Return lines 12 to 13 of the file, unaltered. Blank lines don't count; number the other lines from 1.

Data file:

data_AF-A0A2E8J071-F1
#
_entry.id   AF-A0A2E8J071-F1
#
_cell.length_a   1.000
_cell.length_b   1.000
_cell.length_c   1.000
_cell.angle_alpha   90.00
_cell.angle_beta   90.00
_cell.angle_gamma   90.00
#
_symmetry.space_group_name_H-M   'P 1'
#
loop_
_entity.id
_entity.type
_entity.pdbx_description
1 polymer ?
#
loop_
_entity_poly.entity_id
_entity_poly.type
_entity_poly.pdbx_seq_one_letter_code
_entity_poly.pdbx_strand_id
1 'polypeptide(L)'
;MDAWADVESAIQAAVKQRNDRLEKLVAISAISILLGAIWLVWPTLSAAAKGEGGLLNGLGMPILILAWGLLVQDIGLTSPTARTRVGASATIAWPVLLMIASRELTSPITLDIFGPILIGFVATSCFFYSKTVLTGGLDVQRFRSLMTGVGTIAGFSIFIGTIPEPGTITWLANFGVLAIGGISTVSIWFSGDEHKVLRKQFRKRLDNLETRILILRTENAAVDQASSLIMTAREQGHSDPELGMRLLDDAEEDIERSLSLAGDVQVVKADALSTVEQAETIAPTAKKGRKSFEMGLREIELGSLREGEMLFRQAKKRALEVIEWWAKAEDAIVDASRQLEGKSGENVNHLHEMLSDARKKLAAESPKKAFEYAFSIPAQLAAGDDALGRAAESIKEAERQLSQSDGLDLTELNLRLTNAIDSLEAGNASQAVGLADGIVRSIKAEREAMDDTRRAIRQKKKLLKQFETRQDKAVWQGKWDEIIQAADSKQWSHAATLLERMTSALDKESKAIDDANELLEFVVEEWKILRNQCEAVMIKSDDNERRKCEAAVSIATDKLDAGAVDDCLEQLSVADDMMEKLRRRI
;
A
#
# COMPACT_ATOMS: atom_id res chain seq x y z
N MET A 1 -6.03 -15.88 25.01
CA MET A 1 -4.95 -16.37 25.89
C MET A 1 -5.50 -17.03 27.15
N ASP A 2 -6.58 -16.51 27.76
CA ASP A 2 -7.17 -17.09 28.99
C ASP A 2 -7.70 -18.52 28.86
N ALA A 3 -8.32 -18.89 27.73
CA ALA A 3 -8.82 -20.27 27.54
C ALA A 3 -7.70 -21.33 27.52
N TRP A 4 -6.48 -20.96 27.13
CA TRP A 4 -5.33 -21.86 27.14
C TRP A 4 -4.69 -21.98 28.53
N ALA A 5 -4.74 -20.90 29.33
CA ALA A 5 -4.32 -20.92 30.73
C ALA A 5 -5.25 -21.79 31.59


_symmetry.space_group_name_H-M   'P 1'
#